‘No, I do it Self!’ Annie declares defiantly as I scoop her dripping body out of the bath and bundle her in a towel. As I race towards her bedroom, large droplets plop from the tangled spaghetti of her hair on to the freshly ironed silk of my blouse. By the time I reach the end of the hallway, the mucus and tears of her indignant protest has rendered it unwearable.
Sweeping through the doorway, her frustration quickly changes to delight as she spies her favourite dress laid out on the bed. She wriggles out of my arms and races towards it cheeping ’Mummy fix, Mummy fix.’
‘Yes Annie’, I reply, ‘all fixed, those buttons won’t come off again.’
‘No come off,’ she confirms as her fingers pat the bright yellow buttons that I have surreptitiously left undone so that the dress can be easily slipped over her head. It‘s a simple little dress – crisp blue cotton with bright yellow buttons and yellow sunflowers appliqued around the hem. It reminds me of summer and the beach. But most of all, it reminds me of the contagious smile that sometimes takes up her entire face.
I throw the dress over her head amidst squeals of displeasure and fumble for the armholes. Having extracted her arms, I reach for the buttons.
‘No, I do it Self!’ she insists. Impatiently, I check the time as her tiny fingers struggle with the top button and eventually push it through the hole. Looking down with her chin pressed against her chest, she searches out the second button. The tip of her tongue protrudes from the side of her mouth to aid her concentration. I glare at my watch again and take a deep breath. After thirty seconds of intense prodding, it surrenders to its buttonhole at last. Now for button number three and we both hold our breath as we urge it through the opening.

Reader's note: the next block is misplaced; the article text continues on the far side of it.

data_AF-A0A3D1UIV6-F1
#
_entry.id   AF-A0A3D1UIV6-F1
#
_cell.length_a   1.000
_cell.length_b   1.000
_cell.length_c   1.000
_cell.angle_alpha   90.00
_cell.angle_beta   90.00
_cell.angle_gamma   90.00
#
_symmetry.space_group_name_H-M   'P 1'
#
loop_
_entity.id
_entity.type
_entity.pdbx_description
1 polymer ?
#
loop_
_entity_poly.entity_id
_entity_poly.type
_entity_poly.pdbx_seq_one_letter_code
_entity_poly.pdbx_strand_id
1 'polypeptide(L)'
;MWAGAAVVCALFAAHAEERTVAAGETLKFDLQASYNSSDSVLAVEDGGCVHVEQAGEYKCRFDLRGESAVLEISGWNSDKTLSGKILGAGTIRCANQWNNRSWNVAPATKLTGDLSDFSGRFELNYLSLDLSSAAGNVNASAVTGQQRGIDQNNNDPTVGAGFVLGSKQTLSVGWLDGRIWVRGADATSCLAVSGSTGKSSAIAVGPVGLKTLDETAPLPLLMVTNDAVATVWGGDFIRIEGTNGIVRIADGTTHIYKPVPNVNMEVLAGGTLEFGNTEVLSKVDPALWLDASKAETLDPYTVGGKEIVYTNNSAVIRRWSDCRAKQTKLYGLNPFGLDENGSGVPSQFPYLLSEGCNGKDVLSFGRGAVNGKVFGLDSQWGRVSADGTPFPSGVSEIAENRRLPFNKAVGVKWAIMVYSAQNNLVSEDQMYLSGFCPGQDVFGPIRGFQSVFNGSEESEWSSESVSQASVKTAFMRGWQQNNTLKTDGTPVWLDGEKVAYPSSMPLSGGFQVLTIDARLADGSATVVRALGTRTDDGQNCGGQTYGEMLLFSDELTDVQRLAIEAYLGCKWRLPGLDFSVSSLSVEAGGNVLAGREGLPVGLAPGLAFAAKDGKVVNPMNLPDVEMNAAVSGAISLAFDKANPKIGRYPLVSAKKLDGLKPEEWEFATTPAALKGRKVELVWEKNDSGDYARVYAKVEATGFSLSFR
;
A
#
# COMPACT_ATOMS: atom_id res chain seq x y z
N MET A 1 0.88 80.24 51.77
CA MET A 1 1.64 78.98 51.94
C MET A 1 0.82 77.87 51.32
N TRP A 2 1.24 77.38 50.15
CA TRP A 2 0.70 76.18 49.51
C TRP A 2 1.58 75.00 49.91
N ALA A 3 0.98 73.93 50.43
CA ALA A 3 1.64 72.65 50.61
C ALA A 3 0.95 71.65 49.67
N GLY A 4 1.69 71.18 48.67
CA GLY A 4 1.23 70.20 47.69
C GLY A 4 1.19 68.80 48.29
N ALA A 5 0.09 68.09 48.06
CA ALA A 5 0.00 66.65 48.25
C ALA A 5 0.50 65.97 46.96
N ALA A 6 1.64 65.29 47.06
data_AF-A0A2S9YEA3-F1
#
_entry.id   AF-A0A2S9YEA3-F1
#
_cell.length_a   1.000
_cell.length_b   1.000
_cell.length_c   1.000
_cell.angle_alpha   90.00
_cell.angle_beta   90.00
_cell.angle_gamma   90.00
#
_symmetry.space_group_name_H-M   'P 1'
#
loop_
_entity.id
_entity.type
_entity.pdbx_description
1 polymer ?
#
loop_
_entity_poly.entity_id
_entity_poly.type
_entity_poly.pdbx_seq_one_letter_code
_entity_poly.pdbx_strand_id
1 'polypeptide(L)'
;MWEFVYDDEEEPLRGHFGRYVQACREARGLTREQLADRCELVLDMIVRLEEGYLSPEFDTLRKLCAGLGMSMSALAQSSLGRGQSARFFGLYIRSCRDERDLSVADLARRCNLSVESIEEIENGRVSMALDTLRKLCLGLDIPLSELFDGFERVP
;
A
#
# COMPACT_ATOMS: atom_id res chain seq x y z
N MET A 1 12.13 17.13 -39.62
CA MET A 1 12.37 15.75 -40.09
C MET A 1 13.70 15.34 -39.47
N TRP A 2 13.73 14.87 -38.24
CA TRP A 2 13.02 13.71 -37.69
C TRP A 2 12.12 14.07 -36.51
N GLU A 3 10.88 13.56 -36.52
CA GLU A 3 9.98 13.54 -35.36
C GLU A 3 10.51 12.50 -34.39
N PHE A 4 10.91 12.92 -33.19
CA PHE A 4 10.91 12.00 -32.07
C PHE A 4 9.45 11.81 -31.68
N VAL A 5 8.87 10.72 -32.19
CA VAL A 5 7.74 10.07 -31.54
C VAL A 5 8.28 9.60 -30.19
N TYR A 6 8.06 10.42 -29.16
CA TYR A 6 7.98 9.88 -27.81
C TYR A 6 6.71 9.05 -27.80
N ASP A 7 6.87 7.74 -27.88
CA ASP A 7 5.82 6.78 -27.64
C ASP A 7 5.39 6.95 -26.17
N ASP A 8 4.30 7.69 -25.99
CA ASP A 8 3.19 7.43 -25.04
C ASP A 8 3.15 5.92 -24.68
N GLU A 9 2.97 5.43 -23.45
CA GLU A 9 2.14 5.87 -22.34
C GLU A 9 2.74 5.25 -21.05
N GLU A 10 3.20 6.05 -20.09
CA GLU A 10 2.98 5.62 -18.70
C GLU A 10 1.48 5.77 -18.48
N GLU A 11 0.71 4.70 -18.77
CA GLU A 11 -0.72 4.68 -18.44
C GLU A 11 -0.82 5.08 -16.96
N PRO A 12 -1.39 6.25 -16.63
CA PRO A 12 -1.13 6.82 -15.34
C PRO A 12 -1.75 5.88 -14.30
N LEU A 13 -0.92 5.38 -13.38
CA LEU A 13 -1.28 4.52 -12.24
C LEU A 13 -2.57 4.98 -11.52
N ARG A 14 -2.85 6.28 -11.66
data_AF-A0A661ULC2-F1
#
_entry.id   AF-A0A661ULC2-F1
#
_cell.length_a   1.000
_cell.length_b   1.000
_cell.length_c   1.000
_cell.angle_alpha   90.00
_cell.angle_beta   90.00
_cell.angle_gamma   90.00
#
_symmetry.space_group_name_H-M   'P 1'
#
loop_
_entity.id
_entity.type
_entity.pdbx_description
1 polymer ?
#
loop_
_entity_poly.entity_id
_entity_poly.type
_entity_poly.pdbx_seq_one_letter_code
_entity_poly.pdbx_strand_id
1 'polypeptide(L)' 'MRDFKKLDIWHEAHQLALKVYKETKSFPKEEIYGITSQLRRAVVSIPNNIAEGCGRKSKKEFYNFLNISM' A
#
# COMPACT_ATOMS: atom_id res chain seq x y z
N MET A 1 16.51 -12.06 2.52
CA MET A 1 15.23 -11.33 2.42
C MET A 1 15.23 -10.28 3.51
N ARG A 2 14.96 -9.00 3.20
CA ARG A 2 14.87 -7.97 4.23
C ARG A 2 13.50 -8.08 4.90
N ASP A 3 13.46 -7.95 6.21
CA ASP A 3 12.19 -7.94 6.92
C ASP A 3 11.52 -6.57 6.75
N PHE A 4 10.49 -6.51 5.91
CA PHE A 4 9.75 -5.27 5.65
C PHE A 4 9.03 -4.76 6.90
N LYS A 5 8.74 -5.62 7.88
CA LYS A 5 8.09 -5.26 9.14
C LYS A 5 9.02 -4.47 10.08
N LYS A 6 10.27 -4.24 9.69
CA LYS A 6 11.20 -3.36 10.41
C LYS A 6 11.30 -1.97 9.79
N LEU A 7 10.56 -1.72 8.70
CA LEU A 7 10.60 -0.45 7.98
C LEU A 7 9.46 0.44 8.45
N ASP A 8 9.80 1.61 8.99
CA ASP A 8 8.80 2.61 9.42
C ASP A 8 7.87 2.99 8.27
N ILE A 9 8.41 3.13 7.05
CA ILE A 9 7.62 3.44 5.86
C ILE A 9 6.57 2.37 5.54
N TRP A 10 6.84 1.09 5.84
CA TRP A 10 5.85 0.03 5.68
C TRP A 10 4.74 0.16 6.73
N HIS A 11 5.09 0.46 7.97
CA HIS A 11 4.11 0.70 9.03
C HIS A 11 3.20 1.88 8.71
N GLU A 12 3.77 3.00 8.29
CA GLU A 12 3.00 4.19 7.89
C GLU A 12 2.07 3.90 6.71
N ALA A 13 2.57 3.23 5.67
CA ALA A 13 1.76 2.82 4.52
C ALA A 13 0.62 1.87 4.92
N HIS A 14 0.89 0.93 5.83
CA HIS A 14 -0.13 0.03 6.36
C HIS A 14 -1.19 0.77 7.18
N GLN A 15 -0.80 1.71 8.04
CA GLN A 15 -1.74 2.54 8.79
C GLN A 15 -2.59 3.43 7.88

Feeling a little more optimistic, I leave her to grapple with the remaining buttons and race off to change my blouse. When I return I am surprised to find her socks and shoes already on and the Velcro securely fastened.
‘Well done’, I acclaim as we dash down the stairs towards the car. There is a glimmer of protest in her eyes as I lift her into the car seat and fasten her belt. As the car lurches forwards, I take another deep breath and catch her reflection in the rear vision mirror. She is humming to herself and happily counting the buttons on her dress.
At last we pull up outside her day care mother’s house. I turn around to explain that Auntie Emma will be looking after her today. She nods her approval as she pulls her dress up to study the sunflowers around the hem. At that moment we simultaneously realise that we have forgotten to put her knickers on.
“A gender-equal society would be one where the word ‘gender’ does not exist: where everyone can be themselves.”*
I’ve always been aware of gender conditioning and actively tried to combat any lingering prejudices or stereotypes in my own parenting, even down to encouraging dolls with my boys when they were little. It’s great to read people writing about gender issues they’re experiencing with their kids. For too long these subjects have been discouraged or silenced. I’d love to publish some more creative writing on this topic, especially if you are struggling with a child who actively tries to move away from gender normative preferences. A society where everyone can be themselves – thanks Gloria for those aspirational words.
* Gloria Steinem